The objectives of stretching are to:
- Provide a greater range of movement (flexibility) in order to facilitate more efficient functional movement.
- Increase performance in sporting endeavor.
- Prevent injury in day-to-day living and in sports activity.
Several different types of stretching are available and some are more widely used than others. The following describes the main types of stretches.
Static stretching requires you to hold a muscle or muscle group in an elongated position for a time of 10 seconds to one minute, usually at a position of strain or slight discomfort. Older adults may benefit from 30-60 second stretches. Static stretching includes exercises like the quadriceps stretch shown in the diagram.
Dynamic stretching involves movement of a muscle or muscle group in such a way that the muscle is elongated with a body movement and the action is repeated. Dynamic stretching includes leg swings, arm and torso swings, and walking lunges. In dynamic stretching, the point of maximum stretch is not held but forms part of a specific movement, usually as a slower movement than in ballistic stretching (below).
Although ballistic stretching is similar to dynamic stretching in that movement is involved, ballistic stretching utilizes fast 'bouncing action' and this has been associated with injury in the past. Examples are toe touches and side bounces. Even so, ballistic stretching should not be ruled out completely. To avoid injury, you should warm up with light aerobic exercise before ballistic stretching. Use ballistic stretching for best results in sports involving ballistic movements, such as basketball, volleyball and soccer.
Proprioceptive Neuromuscular Facilitation (PNF)
PNF stretching is usually regarded as a more advanced form of flexibility training involving both the stretching and isometric contraction of the muscle. You require a partner for PNF stretching. A tensed (isometric) muscle is held for the set time, then the partner facilitates a further 'stretch' in a passive, static form.
Which Stretches Work Best
Static and ballistic stretching, properly performed, elicit similar gains in range of motion, while dynamic stretching is more useful for warmups before competition. PNF stretching may produce the best gains, but the practicality is limited because of the requirement for a partner.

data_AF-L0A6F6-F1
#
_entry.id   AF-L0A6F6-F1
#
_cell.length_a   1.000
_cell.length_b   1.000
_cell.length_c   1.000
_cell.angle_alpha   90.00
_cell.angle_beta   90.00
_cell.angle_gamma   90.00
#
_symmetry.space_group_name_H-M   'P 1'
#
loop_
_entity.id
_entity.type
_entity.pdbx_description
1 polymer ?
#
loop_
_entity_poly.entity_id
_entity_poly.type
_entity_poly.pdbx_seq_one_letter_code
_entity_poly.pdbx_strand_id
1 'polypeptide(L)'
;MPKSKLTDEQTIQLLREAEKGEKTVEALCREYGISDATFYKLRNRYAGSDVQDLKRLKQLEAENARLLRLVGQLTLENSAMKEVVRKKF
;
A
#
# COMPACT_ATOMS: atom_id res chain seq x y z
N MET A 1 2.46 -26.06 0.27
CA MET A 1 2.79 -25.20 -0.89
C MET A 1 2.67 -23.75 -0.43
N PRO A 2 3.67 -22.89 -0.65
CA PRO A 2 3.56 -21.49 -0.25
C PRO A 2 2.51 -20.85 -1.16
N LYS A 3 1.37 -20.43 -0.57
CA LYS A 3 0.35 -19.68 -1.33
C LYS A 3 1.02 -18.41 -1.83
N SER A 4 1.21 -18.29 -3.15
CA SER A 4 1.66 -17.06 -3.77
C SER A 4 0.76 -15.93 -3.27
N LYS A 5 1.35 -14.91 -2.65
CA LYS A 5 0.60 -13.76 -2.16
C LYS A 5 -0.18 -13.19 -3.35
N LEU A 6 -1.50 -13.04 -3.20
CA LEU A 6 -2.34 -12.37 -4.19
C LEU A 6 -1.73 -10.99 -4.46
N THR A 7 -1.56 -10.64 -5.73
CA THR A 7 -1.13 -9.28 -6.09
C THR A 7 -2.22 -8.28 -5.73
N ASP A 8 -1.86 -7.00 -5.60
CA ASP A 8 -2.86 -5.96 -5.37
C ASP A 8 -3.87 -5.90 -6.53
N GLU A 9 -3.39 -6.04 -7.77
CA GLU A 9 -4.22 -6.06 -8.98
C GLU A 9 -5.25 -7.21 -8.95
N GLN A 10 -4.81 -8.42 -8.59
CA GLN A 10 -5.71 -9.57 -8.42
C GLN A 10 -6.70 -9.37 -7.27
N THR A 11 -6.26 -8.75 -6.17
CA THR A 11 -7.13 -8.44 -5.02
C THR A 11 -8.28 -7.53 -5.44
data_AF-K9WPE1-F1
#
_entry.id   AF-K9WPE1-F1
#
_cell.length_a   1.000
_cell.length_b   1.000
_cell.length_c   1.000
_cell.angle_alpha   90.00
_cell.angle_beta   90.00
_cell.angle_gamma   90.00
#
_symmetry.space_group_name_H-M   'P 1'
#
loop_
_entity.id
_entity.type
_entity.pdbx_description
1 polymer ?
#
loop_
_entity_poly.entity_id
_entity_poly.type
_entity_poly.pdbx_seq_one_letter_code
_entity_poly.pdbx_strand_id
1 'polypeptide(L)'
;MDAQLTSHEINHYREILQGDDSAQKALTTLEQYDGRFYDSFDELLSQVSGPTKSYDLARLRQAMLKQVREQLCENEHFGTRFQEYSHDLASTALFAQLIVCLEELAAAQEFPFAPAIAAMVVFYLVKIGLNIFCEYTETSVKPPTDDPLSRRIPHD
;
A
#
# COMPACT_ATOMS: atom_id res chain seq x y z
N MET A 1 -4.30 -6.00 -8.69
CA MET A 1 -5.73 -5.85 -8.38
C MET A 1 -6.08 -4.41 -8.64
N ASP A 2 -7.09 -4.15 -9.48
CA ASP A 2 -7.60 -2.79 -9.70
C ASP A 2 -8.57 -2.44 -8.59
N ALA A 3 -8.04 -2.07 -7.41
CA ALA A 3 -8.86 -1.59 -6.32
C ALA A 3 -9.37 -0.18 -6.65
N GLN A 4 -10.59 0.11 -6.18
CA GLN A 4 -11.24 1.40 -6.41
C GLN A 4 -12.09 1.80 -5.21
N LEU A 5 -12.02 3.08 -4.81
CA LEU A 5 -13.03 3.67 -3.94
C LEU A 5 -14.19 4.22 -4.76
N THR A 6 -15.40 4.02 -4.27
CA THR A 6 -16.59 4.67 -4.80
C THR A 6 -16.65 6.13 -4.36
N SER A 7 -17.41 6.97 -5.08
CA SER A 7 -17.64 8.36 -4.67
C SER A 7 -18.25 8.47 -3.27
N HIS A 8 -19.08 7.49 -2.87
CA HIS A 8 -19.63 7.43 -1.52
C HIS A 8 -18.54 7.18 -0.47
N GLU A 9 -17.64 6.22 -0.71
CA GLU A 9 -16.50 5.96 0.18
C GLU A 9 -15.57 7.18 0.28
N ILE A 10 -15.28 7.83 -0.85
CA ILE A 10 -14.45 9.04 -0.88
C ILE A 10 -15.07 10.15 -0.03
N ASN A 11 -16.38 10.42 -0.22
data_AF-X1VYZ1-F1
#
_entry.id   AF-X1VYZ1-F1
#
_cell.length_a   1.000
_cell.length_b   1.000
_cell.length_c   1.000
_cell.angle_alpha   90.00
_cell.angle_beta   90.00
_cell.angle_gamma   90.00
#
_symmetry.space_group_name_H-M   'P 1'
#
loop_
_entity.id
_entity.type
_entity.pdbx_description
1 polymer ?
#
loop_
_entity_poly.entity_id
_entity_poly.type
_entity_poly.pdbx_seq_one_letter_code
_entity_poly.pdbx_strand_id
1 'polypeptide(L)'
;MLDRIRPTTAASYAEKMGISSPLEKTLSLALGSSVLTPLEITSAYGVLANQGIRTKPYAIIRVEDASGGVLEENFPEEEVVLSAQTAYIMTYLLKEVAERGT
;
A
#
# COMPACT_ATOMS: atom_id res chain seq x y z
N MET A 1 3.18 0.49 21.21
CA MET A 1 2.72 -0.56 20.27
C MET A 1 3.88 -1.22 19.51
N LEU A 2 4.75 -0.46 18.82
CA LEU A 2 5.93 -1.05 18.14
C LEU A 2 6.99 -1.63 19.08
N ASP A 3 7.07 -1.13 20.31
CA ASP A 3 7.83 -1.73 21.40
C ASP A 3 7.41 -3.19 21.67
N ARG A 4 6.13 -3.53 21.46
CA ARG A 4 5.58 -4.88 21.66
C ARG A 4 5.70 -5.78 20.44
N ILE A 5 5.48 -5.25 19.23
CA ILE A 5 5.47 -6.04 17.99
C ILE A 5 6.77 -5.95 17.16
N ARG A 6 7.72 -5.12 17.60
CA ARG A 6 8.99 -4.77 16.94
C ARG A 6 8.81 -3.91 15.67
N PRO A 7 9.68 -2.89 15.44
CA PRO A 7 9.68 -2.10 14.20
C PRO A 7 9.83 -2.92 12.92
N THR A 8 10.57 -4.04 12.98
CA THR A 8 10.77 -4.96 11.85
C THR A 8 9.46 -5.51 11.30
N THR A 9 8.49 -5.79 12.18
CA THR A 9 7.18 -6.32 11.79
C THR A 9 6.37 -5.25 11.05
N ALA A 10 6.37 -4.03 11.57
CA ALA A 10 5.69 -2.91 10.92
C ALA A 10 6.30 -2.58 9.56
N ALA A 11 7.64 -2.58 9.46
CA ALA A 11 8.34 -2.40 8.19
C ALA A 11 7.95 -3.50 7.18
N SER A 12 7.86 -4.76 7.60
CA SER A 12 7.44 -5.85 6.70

Time and Frequency of Stretching and Repetitions
The American College of Sports Medicine in their review, say that holding a stretch for 10-30 seconds at the point of tightness or slight discomfort enhances joint range of motion. For most people, additional benefit does not accrue from longer duration. However, for older trainers, additional benefits may result from stretches from 30-60 seconds.
Repeating each flexibility exercise 2-4 times is effective. Results are seen from 3-12 weeks. The general goal is to reach 60 seconds of stretch time per muscle or muscle group. This can be composed of 1x60, 2x30, or 4x15, for example. Performing stretching 2-3 times per week is effective, but greater gains in range of motion can be achieved with daily flexibility exercise.
Which Muscle Groups?
You should stretch the major muscle-tendon groups of the shoulder, chest, neck, trunk, lower back, hips, front and back of legs, and ankles. A routine should take no longer than 15 minutes.
Preparing for Stretching
Flexibility exercise is most effective and safe when the exercise is performed when the muscles are warm. Warm up with light aerobic activity -- jogging on the spot for example -- or use heat packs or take a warm bath or shower.
For dynamic power sports like track sprinting, football and basketball, static stretching and lengthening of the muscles has been shown to inhibit performance when done prior to competition during warmup. Utilize dynamic stretching in warmups prior to competition for these and similar sports.
Even so, for recreational sports and general fitness activities, the ACSM recommend you do flexibility exercise after cardiorespiratory or resistance exercise -- or alternatively, as a stand-alone program.